And that's when the investigation hit a wall.
"At this point, as their report was sent to higher-ups for approval, they dialed back their communications with me and would not deliver the promised final report or the notes that went with it."
Attkisson said she filed a FOIA to obtain them but it was ignored. Many months went by.
"When Congress pressed the issue, the DOJ IG issued only a summary and emphasized there was no evidence of ‘remote' intrusion in that computer and left out the suspicious forensics they discovered," explained the investigative super-sleuth. "To this day, the DOJ IG has failed to properly respond to my FOIA requests seeking the full information and report."
As a result, "Many in the media misreported that this DOJ IG report was somehow conclusive evidence that my computers had not been infiltrated."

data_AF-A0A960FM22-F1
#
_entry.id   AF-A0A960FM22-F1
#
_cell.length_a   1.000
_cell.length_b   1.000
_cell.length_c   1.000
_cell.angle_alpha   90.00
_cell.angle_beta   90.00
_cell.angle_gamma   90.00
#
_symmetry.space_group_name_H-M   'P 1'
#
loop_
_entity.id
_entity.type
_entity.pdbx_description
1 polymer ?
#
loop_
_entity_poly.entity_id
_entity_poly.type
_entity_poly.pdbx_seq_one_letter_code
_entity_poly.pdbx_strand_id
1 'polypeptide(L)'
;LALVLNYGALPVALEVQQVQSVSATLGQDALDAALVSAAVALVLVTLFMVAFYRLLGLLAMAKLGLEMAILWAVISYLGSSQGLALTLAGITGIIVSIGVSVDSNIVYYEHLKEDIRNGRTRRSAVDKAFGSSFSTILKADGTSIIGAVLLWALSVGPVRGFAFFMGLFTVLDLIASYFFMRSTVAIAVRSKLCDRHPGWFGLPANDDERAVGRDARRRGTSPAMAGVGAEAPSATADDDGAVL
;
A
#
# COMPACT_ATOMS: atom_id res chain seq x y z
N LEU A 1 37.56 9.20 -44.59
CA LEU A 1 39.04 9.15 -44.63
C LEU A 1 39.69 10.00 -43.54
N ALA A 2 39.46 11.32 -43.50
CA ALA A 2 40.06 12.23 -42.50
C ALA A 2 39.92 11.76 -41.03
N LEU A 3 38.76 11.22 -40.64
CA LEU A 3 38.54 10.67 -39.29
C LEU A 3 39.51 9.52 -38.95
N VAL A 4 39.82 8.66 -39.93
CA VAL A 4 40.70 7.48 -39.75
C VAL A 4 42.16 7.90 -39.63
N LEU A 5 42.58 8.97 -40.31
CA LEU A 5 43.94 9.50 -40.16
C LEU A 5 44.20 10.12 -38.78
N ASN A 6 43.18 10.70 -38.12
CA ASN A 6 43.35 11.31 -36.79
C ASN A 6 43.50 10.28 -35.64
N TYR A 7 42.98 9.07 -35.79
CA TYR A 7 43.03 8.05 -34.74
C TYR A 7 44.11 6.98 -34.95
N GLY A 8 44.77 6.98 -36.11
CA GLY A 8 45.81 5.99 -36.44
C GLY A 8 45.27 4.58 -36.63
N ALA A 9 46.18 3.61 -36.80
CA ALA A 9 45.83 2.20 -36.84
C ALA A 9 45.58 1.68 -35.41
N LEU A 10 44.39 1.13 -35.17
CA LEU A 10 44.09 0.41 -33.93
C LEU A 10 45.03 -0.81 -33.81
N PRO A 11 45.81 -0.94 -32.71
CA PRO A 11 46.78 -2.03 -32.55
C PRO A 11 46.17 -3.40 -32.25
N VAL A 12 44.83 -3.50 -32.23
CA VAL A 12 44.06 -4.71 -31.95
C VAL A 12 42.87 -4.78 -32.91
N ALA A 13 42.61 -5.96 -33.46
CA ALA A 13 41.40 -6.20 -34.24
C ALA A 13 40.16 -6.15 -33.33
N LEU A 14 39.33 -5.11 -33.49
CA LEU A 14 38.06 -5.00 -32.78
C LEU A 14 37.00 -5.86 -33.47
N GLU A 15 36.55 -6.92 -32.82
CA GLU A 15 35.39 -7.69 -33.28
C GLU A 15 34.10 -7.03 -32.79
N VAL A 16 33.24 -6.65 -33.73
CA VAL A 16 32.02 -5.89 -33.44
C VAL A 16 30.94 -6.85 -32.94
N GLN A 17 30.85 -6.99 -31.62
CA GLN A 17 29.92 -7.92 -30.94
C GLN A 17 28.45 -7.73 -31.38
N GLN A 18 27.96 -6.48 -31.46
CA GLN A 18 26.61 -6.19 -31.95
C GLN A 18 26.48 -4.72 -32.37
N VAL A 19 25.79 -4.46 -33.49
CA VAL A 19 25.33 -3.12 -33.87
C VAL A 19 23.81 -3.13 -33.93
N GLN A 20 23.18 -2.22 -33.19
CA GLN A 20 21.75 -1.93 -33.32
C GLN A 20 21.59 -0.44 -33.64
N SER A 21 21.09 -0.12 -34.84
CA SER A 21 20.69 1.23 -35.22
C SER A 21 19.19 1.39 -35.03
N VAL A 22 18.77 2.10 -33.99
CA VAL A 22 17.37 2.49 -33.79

"In fact," she clarified, "the DOJ IG didn't even examine the primary computers in question - referenced in the other exams above- because CBS would not allow them to look at the computers."
Did she think the problem was specific to the previous administration, or was it due the growth of the surveillance community, its powers and lack of oversight?
"I think this is an outgrowth of technology that makes such surveillance possible, politicians and corporate interests who are willing to use it for improper purposes, and a weak and conflicted news media that has done little to stop it."
Finally, WND said it would be remiss if it did not ask the ace reporter if her experience had given her any insight into President Trump's accusations that his campaign had been spied on by the Obama administration.
However, Attkisson said she has not looked at, or reported, on those allegations.